The Ultimate RPG with Comme des Garçons and Junya Watanabe
Exploring the Boundaries Between Fashion and Cosplay
Identity is such an unstable concept, isn’t it?Like subatomic particles whose behavior operate under an uncertainty principle, who you are is a function of how others perceive you. Our identities are mediated through a complex social negotiation that constantly blur the line between performance and reality.And how labyrinthine that negotiation has become against the backdrop of today’s cultural turbulence and technological acceleration. The virtual has expanded our sense of self into a new digital layer, which creates new modes by which our identity may be expressed, fragmented, and understood.
Identity as spectacle. Two socially disparate worlds surface to mind: fashion and cosplay. Cosplay refers to the activity of dressing up as a fictional character, matching everything from hairstyle to clothing to even iconic mannerisms. The practice draws from a rich literary and graphic lineage of video games, comics, anime, and more.Both fashion and cosplay revel in participating in a fantastical world that has been envisioned by an artist, such as fashion designer Rei Kawakubo’s Comme Des Garçons or video game designer Yoko Taro’s Nier: Automata. Both are primarily concerned with clothing and styling as means by which to participate and express one’s identity (assumed or otherwise).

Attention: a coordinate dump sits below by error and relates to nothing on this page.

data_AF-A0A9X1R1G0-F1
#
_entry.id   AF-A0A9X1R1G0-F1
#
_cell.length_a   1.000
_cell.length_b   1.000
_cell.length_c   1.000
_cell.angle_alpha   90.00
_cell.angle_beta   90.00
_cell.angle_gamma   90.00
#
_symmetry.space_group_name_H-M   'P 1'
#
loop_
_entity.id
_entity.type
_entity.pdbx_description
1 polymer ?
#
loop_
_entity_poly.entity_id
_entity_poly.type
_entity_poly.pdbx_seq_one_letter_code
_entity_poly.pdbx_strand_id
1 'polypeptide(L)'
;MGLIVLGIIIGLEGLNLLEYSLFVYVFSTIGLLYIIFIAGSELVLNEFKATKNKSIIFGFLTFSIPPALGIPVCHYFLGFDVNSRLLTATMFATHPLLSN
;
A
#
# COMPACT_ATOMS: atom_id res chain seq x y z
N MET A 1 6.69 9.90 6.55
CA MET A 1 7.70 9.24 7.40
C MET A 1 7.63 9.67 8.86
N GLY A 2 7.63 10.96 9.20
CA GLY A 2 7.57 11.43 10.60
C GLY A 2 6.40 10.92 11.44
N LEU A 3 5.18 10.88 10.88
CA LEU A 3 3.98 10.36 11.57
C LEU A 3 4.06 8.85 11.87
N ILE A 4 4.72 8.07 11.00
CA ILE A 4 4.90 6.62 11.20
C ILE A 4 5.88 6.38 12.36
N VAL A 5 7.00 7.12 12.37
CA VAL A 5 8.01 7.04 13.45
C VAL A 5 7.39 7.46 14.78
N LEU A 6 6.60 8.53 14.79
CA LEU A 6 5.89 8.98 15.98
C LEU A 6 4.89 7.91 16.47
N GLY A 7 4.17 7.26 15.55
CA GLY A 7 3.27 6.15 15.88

Research by behavioral psychologists indicates that adopted personas have the potential to change the way we behave. The Proteus Effect refers to the tendency for people to adjust their behaviors to match how they expect their digital avatars to act.Nowhere is this phenomena more pronounced than in role playing video games, like Final Fantasy or Deus Ex, where you are cast into the role of another person and placed in a world that offers a powerful vision of an alternate reality. It’s no surprise that both video game titles have collaborated with fashion designers whose aesthetics align.In 2012, Prada and Arena Homme+ collaborated with Square Enix to dress characters from Final Fantasy XII-2, including lead heroine Lightning, with pieces from Prada’s Spring/Summer collection. Only two years later, Lightning was again cast by Nicholas Ghesquière as the face of Louis Vuitton’s Series 4 campaign, which took the character’s involvement with fashion from a print editorial to global ad campaign.Last year, Final Fantasy XV collaborated with Vivienne Westwood, who designed the wedding gown for that game’s lead female character Lunafreya, and also has an in-game store facade that players can visit.The most recent installment of video game franchise Deus Ex features techwear brand Acronym, with a custom-designed coat digitized into the game as part of the main character’s costume. Acronym’s hyper functional aesthetic and rigorously engineered approach to the research and development of their product are a natural fit in the game’s dystopian transhumanist setting. Of course, even in the video game world, buying Acronym gear probably didn’t come cheap.A vital feature of social media is that we live in an era of image, where what we seem is more important than what we really are—a veritable society of the spectacle. Take for example post-internet artist Amalia Ulman, whose Instagram-based performance art underscores just how much we take the digital personas of others as verity. Or social media personality Lil Miquela, whose hyperreal existence makes followers question her very physical existence.The seams between reality and fiction become increasingly hazy.Might all clothes just be some form of cosplay? Life, after all, is the ultimate role-playing game.